LONDON: What should have been a time of great joy and excitement has become a living nightmare for thousands of new and expectant mothers living under siege and constant Israeli bombardment in the Gaza Strip.
For Layla, 28, whose name has been changed for her safety, bringing a new life into the world at a time of so much death and destruction fills her with dread. “What worries me most is falling in love with life, amid all the death, once I hold my baby,” she told Arab News.
Like 5,500 other pregnant women in the Gaza Strip, Layla is due to give birth very soon amid a conflict between Israel and Palestinian militant group Hamas that has devastated healthcare infrastructure and deprived the population of access to nutritious food, clean water and public sanitation.
The closure of hospitals and clinics under the intense bombardment and chronic shortages of electricity, fuel and medicine are among the biggest challenges faced by the roughly 50,000 pregnant women in Gaza.
As of Nov. 10, some 18 hospitals and 51 primary care centers across the embattled enclave are no longer operational, meaning fewer than 60 percent of hospitals and 30 percent of public health centers are operating to some degree.
Fikr Shalltoot, Gaza director for Medical Aid for Palestinians, or MAP, a British charity operating in the Palestinian enclave, said that pregnant women in Gaza “face a dire reality, with limited access to essential health services amid a near-total humanitarian disaster.”
“With over 180 births daily and a staggering 235 attacks on healthcare infrastructure since Oct. 7, the situation is critical,” Shalltoot told Arab News. This leaves women deprived of emergency obstetric services and forces many to give birth in unsafe conditions.
“Closed hospitals force births in shelters, homes and streets amid rubble, raising infection risks,” she said. “Maternity hospitals, like Al-Hilo, face attacks.”
Hospitals in Gaza have been on the frontline of the conflict, overwhelmed by wounded civilians since the start of Israel’s military campaign, which came in retaliation for the Hamas attacks of Oct. 7, which killed 1,200 and saw more than 200 people, both Israelis and foreigners, taken hostage.
Some 135 health facilities across Gaza have been damaged or destroyed. Although these facilities are protected under international humanitarian law, Israel claims Hamas has been using hospitals, particularly Gaza’s largest, Al-Shifa, to host underground command centers.
Hamas and medical staff deny these facilities are being used to store weaponry, conceal hostages, or move fighters along a sophisticated network of tunnels. Israeli forces who took control of Al-Shifa on Wednesday are yet to provide evidence to support their claim.
There are at least 650 patients, including 22 in intensive care and 36 premature babies, at Al-Shifa, according to local media, in addition to some 400 medical staff. More than 2,000 Gazans have also taken refuge within the facility.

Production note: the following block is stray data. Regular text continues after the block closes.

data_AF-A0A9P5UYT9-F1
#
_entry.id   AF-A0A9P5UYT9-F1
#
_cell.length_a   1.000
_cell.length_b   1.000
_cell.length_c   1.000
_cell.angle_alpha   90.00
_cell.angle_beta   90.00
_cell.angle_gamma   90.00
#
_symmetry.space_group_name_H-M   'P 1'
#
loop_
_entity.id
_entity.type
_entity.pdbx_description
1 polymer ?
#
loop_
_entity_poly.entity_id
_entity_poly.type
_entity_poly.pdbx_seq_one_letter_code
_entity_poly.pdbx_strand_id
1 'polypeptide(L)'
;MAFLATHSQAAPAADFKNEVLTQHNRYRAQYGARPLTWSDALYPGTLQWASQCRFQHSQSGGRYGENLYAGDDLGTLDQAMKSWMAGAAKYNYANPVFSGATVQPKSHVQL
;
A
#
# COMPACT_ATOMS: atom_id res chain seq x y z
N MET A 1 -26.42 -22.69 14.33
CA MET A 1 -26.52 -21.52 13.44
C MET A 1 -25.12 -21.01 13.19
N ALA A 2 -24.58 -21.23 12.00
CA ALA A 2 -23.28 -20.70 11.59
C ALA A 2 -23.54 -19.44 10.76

Amid the destruction and shortages, made worse by Israel’s restrictions on the entry of humanitarian aid into Gaza via the Rafah border crossing with Egypt, physicians have been forced to take extreme measures, such as performing cesareans without anesthetic or pain relief.
“Some women face complications while giving birth, and to stop the problem and because there are no (capabilities), tools, (or) time, (physicians) are faced with the extreme option to take out the uterus,” Soraida Hussein-Sabbah, gender and advocacy specialist at ActionAid Spain, told Arab News.
At Al-Awda Hospital, the only provider of maternity services in northern Gaza, doctors performed 16 cesarean C-sections last weekend under extremely challenging circumstances, according to local media.
Hussein-Sabbah said that although there are many trained and specialized obstetrics physicians and nurses in the Gaza Strip, as well as private and public maternity hospitals, “these cannot operate normally right now.”
Despite this, “any specialized person found in a shelter, or any place… will continue serving as much as possible,” she added.
Elaborating on the dangers of conducting cesareans under such extreme circumstances, Zaher Sahloul, head of MedGlobal, a US-based medical NGO, said that while “doctors typically try to deliver as fast as possible,” performing such surgery requires them to “cut through multiple layers” and then “suture multiple layers.”
Performing such an operation without anesthetic, or even a partial dosage of pain relief, would be agonizing.
“It is, as you can imagine, an extremely traumatic experience, something that would be associated with PTSD,” Sahloul told Arab News. Medical professionals are also forced to discharge new mothers within three hours, which poses additional risks.
New mothers are typically monitored for a minimum of 24 hours because the postpartum period is associated with various complications, including hemorrhage. Even before the latest outbreak of violence in Gaza, “the two biggest causes of (maternal) deaths were bleeding and sepsis,” said Sahloul.